Female workers have been hard hit by the ongoing pandemic, accounting for 55% of the overall job loss, according to the Bureau of Labor Statistics. In turn, companies have had to quickly assess the needs of their female employees, a feat that’s proven to be easier for companies that already had robust gender equity initiatives.
Taking the No. 2 spot, with a score of 87.03, is consumer goods giant Unilever. The company announced in March that it achieved gender balance across management globally, one year ahead of its 10-year target and up from 38% in 2010. Its North America offshoot hit gender parity at the manager level in 2018.
“What gets measured gets done and so, fundamentally, you have to measure how you’re tracking as a company, and take a look at where you really need to move the needle,” says Mita Mallick, head of diversity and cross-cultural marketing at Unilever, where she oversees strategies for achieving gender balance at the manager level and above.
The New Jersey-based company, which came in at No. 6 last year, pays close attention to departments and fields where women have historically been underrepresented, such as finance, operations and technology, and supply chain management—all of which are at, or near, equal gender representation at Unilever globally.
Female professionals have long had to juggle their workload and parenting. These days, they’re shouldering even more housework and childcare responsibilities, and in some cases, also taking care of elderly parents. The standard nine-to-five operating hours no longer exist at Unilever, Mallick says, and employees can take advantage of flexible work arrangements, a key benefit for working parents. “We already had the culture and technology in place, and of course, Covid really accelerated it,” she says.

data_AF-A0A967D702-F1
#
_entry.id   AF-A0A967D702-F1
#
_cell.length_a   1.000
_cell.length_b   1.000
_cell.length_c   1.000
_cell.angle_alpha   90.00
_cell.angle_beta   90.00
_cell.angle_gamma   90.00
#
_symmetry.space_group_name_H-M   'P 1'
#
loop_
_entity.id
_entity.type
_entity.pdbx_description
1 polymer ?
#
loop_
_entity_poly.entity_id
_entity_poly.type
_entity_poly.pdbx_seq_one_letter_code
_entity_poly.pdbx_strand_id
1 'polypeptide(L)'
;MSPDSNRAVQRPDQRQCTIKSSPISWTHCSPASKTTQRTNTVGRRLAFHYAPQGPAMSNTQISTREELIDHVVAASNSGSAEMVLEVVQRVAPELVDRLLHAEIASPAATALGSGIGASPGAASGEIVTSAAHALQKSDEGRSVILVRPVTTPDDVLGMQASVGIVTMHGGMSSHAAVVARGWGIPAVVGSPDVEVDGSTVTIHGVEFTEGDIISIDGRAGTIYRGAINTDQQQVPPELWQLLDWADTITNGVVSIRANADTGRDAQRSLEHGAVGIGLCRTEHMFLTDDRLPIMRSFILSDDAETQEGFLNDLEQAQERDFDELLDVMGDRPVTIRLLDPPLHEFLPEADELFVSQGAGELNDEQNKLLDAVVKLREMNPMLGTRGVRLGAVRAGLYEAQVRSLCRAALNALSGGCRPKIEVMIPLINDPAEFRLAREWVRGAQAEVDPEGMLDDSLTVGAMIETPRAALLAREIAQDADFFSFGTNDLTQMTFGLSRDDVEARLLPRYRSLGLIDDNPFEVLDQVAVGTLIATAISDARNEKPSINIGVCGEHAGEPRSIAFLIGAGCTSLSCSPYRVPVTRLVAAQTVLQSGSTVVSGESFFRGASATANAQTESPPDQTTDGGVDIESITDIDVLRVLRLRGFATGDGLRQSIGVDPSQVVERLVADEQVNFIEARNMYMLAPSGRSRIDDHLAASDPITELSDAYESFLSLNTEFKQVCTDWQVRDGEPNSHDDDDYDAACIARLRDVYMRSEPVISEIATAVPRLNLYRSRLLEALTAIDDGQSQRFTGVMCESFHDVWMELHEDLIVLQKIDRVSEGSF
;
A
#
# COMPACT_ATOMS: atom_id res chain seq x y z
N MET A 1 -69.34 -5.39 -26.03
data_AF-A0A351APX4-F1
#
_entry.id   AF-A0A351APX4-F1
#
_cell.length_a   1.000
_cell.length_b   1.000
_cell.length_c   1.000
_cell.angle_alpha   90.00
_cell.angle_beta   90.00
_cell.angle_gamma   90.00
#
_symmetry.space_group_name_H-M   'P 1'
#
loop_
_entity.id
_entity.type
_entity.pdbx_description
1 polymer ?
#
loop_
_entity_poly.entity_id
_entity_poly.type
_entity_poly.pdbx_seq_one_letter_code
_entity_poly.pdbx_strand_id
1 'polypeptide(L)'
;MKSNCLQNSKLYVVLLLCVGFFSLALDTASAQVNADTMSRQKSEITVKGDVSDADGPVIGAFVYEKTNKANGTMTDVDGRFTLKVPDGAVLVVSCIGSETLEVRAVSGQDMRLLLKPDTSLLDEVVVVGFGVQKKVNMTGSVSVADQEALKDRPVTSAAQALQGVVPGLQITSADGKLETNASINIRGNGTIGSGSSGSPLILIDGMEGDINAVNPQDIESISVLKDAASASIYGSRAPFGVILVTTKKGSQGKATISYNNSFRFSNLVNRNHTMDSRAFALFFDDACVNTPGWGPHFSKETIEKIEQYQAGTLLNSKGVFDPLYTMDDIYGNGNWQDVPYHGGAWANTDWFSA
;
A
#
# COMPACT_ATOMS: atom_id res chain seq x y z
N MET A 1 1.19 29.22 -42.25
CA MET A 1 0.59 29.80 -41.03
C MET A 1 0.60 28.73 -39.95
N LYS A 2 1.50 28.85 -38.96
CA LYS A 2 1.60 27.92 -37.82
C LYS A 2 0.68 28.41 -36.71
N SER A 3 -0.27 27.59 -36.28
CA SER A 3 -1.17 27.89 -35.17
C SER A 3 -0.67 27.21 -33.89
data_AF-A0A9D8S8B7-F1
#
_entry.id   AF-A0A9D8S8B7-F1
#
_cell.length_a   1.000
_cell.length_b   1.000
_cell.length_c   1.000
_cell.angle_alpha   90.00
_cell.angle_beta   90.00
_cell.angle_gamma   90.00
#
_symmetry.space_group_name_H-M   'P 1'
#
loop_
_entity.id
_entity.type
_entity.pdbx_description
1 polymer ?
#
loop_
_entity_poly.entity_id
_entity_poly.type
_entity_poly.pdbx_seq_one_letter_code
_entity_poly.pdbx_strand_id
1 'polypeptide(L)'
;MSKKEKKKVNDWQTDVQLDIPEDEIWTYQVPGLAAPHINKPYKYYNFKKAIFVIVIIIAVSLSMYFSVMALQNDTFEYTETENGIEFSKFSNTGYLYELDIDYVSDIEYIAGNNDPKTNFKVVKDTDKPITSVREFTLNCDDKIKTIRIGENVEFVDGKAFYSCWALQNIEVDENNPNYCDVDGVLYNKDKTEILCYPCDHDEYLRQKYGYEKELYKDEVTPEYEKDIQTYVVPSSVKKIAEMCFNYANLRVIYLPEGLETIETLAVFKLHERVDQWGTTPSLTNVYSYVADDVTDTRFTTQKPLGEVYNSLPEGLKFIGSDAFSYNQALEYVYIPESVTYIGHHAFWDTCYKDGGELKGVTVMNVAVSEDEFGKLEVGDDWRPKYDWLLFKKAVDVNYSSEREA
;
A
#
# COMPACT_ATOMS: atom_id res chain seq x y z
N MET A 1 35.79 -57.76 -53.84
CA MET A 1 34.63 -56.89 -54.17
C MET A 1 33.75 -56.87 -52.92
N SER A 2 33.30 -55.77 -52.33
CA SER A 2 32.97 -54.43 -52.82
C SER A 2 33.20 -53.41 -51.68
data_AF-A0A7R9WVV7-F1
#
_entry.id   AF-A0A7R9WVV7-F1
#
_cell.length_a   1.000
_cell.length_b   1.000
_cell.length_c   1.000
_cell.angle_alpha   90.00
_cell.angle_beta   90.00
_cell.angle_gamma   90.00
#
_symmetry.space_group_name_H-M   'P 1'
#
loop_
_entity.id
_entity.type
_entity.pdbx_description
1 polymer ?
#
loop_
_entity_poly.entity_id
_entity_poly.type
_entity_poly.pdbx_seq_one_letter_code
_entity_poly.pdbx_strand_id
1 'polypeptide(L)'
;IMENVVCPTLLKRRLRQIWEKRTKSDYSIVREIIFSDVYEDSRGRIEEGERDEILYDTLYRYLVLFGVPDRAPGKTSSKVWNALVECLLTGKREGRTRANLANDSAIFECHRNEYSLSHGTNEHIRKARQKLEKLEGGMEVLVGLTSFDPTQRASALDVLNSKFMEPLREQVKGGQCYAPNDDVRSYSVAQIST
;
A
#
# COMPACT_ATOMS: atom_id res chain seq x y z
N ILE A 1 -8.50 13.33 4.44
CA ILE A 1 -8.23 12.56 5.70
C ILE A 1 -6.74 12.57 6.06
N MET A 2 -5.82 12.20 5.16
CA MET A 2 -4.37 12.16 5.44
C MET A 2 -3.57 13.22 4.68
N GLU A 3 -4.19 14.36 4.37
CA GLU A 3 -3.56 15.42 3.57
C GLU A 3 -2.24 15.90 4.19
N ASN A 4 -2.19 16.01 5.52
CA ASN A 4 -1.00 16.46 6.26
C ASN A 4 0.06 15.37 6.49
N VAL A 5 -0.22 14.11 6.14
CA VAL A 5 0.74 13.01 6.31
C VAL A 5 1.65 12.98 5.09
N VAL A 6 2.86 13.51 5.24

Over in Connecticut, and No. 4 on our list, is The Hartford. With a score that’s just under 85, the insurance company’s placement in the top five—a steep climb from No. 53 in 2019—is the result of its longstanding focus on sourcing top talent, says its chief diversity officer Susan Johnson.
In the wake of the 2008 recession, the company was forced to restructure its business strategy and redefine what “good talent” looks like. “We opened up our talent lens, we expanded what ‘good’ looks like and we invested heavily in the pipeline,” Johnson says.
The Hartford also relies heavily on data from its employee engagement and inclusion index surveys to look at hiring, retention and talent mobility across demographics. Recently, the numbers shed light on an interesting trend: Although the organization was heavily inclusive of white women, women of color felt overlooked. “So, we had to have a deep dive conversation around the experiences of women of color here,” Johnson admits.
While remote work isn’t without its challenges, she says one upside is that it has pushed the company to offer extensive leadership development training and employee resource group programming to a wider array of employees. “Everything is now virtual so there are no longer geographical constraints.”
For the full list of America’s Best Employers For Women, click here.
Originally posted on Forbes